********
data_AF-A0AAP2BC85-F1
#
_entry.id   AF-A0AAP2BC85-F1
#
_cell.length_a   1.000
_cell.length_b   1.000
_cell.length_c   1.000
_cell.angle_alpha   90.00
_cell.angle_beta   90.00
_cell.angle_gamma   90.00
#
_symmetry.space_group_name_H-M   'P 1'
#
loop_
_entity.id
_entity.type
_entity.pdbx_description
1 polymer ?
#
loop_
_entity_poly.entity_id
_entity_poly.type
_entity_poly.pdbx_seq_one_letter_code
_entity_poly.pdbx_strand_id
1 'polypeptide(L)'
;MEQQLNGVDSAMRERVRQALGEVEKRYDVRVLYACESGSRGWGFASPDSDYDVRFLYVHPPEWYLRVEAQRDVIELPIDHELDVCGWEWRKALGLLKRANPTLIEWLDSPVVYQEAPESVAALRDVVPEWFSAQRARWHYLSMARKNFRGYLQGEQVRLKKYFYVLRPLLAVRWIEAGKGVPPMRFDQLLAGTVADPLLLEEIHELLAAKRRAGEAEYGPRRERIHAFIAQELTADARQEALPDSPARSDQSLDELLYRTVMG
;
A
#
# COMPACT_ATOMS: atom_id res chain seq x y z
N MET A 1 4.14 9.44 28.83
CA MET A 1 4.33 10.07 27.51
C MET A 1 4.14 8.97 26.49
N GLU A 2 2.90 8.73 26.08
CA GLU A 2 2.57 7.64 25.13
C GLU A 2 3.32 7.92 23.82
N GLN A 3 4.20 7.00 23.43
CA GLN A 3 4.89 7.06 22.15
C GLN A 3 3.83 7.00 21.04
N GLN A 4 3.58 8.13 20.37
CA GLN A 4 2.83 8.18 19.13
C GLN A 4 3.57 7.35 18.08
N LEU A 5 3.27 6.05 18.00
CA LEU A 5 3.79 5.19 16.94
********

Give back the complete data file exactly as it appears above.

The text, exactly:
data_AF-A0AAP2BC85-F1
#
_entry.id   AF-A0AAP2BC85-F1
#
_cell.length_a   1.000
_cell.length_b   1.000
_cell.length_c   1.000
_cell.angle_alpha   90.00
_cell.angle_beta   90.00
_cell.angle_gamma   90.00
#
_symmetry.space_group_name_H-M   'P 1'
#
loop_
_entity.id
_entity.type
_entity.pdbx_description
1 polymer ?
#
loop_
_entity_poly.entity_id
_entity_poly.type
_entity_poly.pdbx_seq_one_letter_code
_entity_poly.pdbx_strand_id
1 'polypeptide(L)'
;MEQQLNGVDSAMRERVRQALGEVEKRYDVRVLYACESGSRGWGFASPDSDYDVRFLYVHPPEWYLRVEAQRDVIELPIDHELDVCGWEWRKALGLLKRANPTLIEWLDSPVVYQEAPESVAALRDVVPEWFSAQRARWHYLSMARKNFRGYLQGEQVRLKKYFYVLRPLLAVRWIEAGKGVPPMRFDQLLAGTVADPLLLEEIHELLAAKRRAGEAEYGPRRERIHAFIAQELTADARQEALPDSPARSDQSLDELLYRTVMG
;
A
#
# COMPACT_ATOMS: atom_id res chain seq x y z
N MET A 1 4.14 9.44 28.83
CA MET A 1 4.33 10.07 27.51
C MET A 1 4.14 8.97 26.49
N GLU A 2 2.90 8.73 26.08
CA GLU A 2 2.57 7.64 25.13
C GLU A 2 3.32 7.92 23.82
N GLN A 3 4.20 7.00 23.43
CA GLN A 3 4.89 7.06 22.15
C GLN A 3 3.83 7.00 21.04
N GLN A 4 3.58 8.13 20.37
CA GLN A 4 2.83 8.18 19.13
C GLN A 4 3.57 7.35 18.08
N LEU A 5 3.27 6.05 18.00
CA LEU A 5 3.79 5.19 16.94